Almost everyone says the same thing about books you don’t finish: Just move on. Read something better, read something that’s more engaging. But for some reason, I stubbornly want to finish books that I’ve started.
If I start a book, I want to finish it so I can either write a review of what I didn’t like or be pleasantly surprised when the book improves as I read. And if I’ve gone to the trouble of buying a book and spent time reading it, it seems like a waste of time and money to abandon it.
Despite good intentions, I abandoned several books in 2017. Here are 10 books I didn’t finish last year: Continue reading
I first came across The End We Start From on a LitHub list of new releases in November. The initial description checked a lot of boxes for me: literary fiction, lots of overarching metaphors, beautiful prose. It sounded promising (and the cover looked gorgeous). When I saw it on the shelf in Barnes & Noble, I had to pick it up and decide for myself: To read or not to read? Continue reading
Clothes, clean and dirty, often line the top of my dresser as I anticipate wearing something the next day or just haven’t put laundry away. Our fridge is a Jenga puzzle: a bag of sausages perches on top of a cinnamon roll pan; a pot with last night’s chicken tikka masala is squeezed in; various cheeses shoved into a shelf on the door. And please don’t ask about my desk.
But my bookshelves? They’re not just neat or organized; they’re ordered. This specific ordering, the rules of which can change from year to year, keeps the chaos of hundreds of books manageable. I sequence my books alphabetically by the author’s last name and sort books by the same author alphabetically by title. If the books are part of a series, I arrange the series by number. While it may not be the most aesthetically pleasing order visually, it’s efficient. I know where any book is within seconds. Continue reading
I admit, I’m already a bit biased toward reading Robin Sloan’s second novel, Sourdough. I enjoyed Sloan’s debut novel, Mr. Penumbra’s 24-Hour Bookstore, and I heard Sloan speak on an author panel at BookFest St. Louis. Naturally, he talked about this new novel, specifically about how food is such an interesting topic to write about and how he wrote his characters. I couldn’t resist picking this book up on a Barnes and Noble visit and to take a peek at the first few pages to decide: To read or not to read? Continue reading
I buy too many books.
I see a book that looks mildly interesting on Instagram and save it to my TBR Instagram Collection. I come across interesting articles on LitHub, enjoy the writing or subject, and save the author’s most recent book to my Amazon wish list. I realize that an author who wrote a book I liked has another book…or two…or three…so I buy more of his books for my collection, figuring that I’ll read it some day. I buy them because I write in books, so borrowing from a friend or a library would result in some annoyed friends or libraries.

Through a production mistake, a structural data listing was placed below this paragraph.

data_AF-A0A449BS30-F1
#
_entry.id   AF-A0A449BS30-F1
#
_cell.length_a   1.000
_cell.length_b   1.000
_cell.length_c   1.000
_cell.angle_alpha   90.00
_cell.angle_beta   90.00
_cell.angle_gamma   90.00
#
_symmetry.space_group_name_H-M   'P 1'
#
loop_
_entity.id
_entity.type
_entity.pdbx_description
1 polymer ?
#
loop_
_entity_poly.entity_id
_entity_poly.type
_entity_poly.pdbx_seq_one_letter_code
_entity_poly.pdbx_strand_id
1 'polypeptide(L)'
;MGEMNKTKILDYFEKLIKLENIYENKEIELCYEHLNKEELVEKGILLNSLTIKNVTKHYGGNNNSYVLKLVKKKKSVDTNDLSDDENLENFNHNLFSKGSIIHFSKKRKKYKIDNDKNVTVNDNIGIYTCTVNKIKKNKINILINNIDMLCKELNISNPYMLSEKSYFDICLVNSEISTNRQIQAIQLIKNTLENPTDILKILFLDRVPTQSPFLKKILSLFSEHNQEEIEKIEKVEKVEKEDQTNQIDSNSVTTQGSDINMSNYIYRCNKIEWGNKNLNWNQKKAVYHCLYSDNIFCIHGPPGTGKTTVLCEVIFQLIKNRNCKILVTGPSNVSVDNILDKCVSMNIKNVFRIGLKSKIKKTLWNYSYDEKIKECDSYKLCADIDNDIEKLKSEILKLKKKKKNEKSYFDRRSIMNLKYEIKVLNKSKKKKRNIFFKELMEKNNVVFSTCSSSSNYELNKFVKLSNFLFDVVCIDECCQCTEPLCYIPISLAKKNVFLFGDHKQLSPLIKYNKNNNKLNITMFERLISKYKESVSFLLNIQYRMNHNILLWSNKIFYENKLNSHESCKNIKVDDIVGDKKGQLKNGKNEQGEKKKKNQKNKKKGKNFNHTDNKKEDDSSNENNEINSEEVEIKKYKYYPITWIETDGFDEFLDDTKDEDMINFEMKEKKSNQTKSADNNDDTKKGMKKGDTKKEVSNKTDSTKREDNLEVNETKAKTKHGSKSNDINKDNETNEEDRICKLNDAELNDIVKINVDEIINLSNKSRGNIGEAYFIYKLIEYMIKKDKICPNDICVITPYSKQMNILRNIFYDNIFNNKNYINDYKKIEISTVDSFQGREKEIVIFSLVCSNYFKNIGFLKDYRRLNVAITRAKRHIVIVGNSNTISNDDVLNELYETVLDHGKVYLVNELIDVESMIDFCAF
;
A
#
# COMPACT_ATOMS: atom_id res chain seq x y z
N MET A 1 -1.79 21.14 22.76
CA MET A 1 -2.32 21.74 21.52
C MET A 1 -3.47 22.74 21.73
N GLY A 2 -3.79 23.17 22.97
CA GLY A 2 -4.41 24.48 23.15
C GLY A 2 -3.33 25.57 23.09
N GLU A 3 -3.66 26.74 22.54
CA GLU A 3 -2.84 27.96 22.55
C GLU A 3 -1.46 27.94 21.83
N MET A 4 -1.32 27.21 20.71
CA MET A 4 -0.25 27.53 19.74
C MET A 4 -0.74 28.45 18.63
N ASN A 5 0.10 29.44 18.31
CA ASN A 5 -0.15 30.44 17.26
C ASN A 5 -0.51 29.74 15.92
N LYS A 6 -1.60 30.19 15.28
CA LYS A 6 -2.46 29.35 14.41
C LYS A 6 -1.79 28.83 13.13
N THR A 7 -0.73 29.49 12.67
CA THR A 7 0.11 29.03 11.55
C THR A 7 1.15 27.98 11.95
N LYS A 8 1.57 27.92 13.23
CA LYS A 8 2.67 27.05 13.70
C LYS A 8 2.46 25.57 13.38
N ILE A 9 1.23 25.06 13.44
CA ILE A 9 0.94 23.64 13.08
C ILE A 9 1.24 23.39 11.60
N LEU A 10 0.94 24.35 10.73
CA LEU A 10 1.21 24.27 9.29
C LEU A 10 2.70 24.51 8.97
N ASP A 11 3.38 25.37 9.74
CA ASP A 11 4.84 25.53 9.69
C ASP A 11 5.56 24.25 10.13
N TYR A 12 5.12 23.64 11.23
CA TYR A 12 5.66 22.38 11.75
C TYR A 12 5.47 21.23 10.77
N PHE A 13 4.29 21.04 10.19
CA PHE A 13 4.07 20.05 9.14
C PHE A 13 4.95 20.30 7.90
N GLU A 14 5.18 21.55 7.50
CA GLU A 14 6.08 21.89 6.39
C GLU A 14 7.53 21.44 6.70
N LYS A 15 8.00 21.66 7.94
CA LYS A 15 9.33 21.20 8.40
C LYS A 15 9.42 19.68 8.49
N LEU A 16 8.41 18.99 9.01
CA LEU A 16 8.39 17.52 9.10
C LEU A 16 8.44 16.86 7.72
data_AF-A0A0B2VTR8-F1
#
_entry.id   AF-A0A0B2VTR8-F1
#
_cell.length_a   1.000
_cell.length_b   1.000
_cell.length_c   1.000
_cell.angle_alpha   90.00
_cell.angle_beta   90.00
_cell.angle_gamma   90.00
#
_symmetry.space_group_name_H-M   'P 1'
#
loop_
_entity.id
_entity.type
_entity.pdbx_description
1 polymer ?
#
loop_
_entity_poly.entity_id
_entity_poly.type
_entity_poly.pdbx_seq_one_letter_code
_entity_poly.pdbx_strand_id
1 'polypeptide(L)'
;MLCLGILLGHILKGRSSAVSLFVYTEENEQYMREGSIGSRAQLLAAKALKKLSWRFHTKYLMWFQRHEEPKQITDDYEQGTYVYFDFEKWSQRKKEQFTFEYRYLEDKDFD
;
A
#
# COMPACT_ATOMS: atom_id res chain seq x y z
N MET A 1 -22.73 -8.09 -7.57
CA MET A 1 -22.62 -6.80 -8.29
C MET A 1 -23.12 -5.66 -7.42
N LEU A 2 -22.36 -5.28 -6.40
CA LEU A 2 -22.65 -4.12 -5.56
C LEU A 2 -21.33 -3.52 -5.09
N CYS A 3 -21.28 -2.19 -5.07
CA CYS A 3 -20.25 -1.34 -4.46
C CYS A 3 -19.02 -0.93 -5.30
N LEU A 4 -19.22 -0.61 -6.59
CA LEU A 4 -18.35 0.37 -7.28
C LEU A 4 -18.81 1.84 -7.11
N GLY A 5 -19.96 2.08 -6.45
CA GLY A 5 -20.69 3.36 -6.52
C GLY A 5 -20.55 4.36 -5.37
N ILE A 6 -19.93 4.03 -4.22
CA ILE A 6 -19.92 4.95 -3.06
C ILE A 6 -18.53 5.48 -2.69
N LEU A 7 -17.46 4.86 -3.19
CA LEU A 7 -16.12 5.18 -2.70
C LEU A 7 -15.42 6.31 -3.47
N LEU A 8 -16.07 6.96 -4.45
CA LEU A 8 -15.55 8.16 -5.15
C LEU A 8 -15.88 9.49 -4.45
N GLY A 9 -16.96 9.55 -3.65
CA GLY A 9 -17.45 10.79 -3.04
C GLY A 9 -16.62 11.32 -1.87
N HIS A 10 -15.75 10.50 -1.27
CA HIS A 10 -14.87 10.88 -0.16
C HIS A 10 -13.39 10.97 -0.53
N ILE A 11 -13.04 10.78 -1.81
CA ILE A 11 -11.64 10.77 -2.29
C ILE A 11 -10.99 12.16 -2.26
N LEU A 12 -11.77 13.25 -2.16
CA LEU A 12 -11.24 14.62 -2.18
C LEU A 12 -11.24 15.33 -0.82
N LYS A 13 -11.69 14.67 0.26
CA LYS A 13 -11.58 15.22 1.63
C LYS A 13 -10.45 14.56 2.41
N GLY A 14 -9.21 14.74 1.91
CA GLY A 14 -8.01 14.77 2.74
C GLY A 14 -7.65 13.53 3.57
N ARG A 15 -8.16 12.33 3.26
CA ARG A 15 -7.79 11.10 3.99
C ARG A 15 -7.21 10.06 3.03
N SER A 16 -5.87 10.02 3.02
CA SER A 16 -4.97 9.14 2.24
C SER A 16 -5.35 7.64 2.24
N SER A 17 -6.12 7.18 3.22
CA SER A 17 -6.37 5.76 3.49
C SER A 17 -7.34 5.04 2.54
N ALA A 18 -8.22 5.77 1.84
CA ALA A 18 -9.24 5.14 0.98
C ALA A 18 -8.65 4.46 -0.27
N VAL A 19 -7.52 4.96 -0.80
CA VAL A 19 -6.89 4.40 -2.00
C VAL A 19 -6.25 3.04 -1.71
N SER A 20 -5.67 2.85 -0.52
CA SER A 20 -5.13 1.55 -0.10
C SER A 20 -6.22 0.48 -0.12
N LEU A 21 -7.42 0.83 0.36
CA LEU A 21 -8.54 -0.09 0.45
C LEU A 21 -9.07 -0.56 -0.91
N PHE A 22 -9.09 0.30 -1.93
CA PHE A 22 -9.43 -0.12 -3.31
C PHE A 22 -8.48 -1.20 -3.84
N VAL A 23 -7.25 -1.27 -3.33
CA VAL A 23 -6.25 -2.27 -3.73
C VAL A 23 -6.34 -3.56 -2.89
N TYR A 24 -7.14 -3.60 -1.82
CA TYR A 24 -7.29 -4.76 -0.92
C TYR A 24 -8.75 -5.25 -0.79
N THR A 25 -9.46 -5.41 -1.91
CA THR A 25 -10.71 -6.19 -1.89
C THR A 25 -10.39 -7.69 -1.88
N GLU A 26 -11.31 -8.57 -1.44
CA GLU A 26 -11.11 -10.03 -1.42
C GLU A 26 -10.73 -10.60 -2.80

But the problem is that at this rate, I’ll never read all the books I buy. Honestly, even if I stopped buying books today, I’d have years of new reading material on my shelves. I want to read more, in general, but I need to be more intentional about my choices, especially in which books I spend money on.
So you’ve decided to be a book reviewer. You’re itching to get your hands on some advanced review copies for free. But how do you go about doing this?
The first thing you need to do is make sure your book review blog looks professional and represents the type of books you like and the type of reviewer you are. Then, you need to write some book reviews. Authors and publishers aren’t going to send you books if you haven’t proven that you are capable of reading a few books and writing reviews.
Once you’ve written several book reviews and posted them to your blog and elsewhere (Amazon, Goodreads, #bookstagram, etc.), you can start to position yourself as a reviewer worthy of receiving copies of books to review. Create a new page on your book blog titled “Book Review Policy,” put it in your menu, and include these seven elements in it: Continue reading
Q: What seems to be the problem?
A: I fell into a reading slump.
Q: Did you burn yourself out by reading four books within two and a half weeks?
A: Probably. Maybe? I don’t know.
Q: What do you think started your reading slump?
A: I drove 16 hours total to the middle of Nebraska and back for the eclipse. I was tired from the driving and I spent my time hanging out with my friend instead of reading. Continue reading